Saturday, August 05, 2006

Dingle in the mist

A harbour-side walk was my plan for the early part of the morning but I awoke to misty rain outside. But it was mainly mist with nothing much in the way of drizzle so I set off towards where the harbour entered the larger bay. I nearly made it all the way but the path seemed to peter out, and the rocks next to the water were slippery. I didn't think I should be the third person in our family to get a broken leg so I made my way back again. For most of the walk in the mist I felt as if I was the 'only being' on the harbour except for occasional boats leaving, and a few cows who ignored me. But then I rounded a corner and heard the loud noises of a group of wet-suited people in the water. Apparently Fungi the dolphin had kept them company for a while but had since left. This famous Dingle harbour dolphin has been keeping humans amused and many locals employed for twenty years or so. I am not sure why the dolphin puts up with all these noisy humans but I guess they provide company.

At 11am I left on a guided walking tour with Bernie who was an absolute fount of knowledge. He took me first to the garden behind the Presentation convent where on a good day we should have been able to see Lord Ventry's house. (I visited this yesterday to see the ogham stones.) Bernie described how Dingle had been laid out as a town by the Normans, though in the current enthusiasm for the area as an Irish speaking one, he said this heritage is largely ignored. He pointed out where a bit of the old town wall ran, though evidence of an older town has largely disappeared. He talked about the amount of contact Dingle had with Spain, and that in fact for a period, Dingle citizens were considered citizens by Spain. We visited the present St James Church that is near the site of a larger original St James Church, used as a starting point for a dangerous sea voyage to Compostella for pilgrims. This large amount of Spanish contact meant that Irish soldiers were common in various Continental armies, and also that middle class sons were commonly educated on the Continent. Bernie said that the Spanish had detailed maps of the Dingle area at a time when it was a blank on English maps, but all that changed at the battle of Kinsale, (about which I learned on a guided walk when I was in Kinsale!) Bernie talked about 'Mass houses' and how Catholic practice was not quite so viciously stamped out here in Dingle as in other parts of Ireland.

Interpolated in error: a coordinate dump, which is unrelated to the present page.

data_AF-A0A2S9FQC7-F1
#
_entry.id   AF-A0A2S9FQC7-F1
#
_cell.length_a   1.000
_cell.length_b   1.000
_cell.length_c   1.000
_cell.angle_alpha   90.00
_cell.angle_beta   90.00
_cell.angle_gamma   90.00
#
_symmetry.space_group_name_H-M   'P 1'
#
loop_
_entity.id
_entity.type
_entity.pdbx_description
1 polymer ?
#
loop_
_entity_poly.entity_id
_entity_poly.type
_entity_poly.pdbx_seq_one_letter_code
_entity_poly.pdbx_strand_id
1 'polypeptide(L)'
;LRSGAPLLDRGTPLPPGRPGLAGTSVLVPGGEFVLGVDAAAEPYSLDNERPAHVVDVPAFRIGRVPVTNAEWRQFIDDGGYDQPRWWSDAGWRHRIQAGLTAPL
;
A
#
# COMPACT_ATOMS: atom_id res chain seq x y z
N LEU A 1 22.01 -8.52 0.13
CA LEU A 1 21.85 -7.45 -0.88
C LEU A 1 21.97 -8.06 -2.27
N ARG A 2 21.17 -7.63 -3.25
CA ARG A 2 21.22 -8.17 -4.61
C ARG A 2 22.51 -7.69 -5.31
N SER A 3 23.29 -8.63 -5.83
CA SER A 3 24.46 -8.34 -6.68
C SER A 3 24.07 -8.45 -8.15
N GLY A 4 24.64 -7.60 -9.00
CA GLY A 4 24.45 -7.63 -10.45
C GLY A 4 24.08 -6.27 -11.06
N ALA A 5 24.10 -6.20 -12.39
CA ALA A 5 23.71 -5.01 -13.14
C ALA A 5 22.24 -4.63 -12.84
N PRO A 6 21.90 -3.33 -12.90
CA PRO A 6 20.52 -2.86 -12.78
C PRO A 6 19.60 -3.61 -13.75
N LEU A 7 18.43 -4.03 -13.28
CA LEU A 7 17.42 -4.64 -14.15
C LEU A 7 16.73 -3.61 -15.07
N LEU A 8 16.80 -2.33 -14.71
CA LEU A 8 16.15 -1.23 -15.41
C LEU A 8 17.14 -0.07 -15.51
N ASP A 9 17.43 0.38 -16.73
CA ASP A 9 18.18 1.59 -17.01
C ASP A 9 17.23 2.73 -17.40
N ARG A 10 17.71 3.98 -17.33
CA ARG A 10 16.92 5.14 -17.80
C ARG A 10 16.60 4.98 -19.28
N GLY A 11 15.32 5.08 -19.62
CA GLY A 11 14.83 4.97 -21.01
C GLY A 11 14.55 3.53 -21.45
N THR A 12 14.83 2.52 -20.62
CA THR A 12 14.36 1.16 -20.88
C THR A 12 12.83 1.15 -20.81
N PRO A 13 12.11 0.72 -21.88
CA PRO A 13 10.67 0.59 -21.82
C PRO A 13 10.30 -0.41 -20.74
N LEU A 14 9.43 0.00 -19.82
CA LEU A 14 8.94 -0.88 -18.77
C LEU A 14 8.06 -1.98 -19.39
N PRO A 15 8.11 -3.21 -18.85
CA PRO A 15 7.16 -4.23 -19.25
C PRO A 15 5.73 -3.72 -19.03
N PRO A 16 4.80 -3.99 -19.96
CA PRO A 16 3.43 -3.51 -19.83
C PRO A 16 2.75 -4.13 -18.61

There is still a misty drizzle outside. So I am on the internet while my laundry gets washed at a local laundry. It is one of the essentials of a traveller's life every so often: I ignore dirty marks on clothes as long as I can, but you reach a smelly stage where you can ignore the dirt no more!


  1. Shannon has chicken pox, I have flu and Patrick is a box of birds. Hopefully he will have spots soon -well if I am stuck at home with one in quarantine, we might as well have it out of the way for both!

  2. Oh dear! The trouble is that Patrick is probably incubating them now from Shannon and will have them once she is better and raring to go again!
    I am just about to leave Dingle and go to Limerick. My time in Ireland is speeding by.